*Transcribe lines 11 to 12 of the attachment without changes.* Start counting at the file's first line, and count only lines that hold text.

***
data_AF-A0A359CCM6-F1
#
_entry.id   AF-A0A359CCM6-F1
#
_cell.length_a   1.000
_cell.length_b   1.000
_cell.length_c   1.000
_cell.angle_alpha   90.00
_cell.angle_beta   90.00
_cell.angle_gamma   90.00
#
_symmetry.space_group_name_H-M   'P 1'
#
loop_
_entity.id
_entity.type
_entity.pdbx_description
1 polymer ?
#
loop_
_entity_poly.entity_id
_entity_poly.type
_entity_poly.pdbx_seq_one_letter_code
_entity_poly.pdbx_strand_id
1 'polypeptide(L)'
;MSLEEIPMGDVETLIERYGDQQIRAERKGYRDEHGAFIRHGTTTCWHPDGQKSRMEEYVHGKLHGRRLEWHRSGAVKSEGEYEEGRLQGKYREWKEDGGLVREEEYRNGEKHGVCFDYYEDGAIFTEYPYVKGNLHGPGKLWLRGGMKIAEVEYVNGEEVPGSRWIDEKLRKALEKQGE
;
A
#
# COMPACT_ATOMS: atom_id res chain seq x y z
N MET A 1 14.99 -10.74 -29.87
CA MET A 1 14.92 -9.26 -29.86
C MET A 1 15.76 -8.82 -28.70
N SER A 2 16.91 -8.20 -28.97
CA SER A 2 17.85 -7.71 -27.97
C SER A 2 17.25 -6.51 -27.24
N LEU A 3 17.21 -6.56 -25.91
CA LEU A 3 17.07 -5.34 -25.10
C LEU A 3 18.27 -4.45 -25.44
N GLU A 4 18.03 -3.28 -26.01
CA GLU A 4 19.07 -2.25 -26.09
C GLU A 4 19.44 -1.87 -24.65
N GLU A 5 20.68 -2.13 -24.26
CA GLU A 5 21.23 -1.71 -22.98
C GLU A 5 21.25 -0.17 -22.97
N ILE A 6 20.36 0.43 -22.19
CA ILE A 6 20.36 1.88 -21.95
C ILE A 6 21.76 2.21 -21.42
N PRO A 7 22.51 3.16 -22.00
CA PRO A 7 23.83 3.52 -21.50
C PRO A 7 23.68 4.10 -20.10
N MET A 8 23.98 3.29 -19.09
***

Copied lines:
#
_symmetry.space_group_name_H-M   'P 1'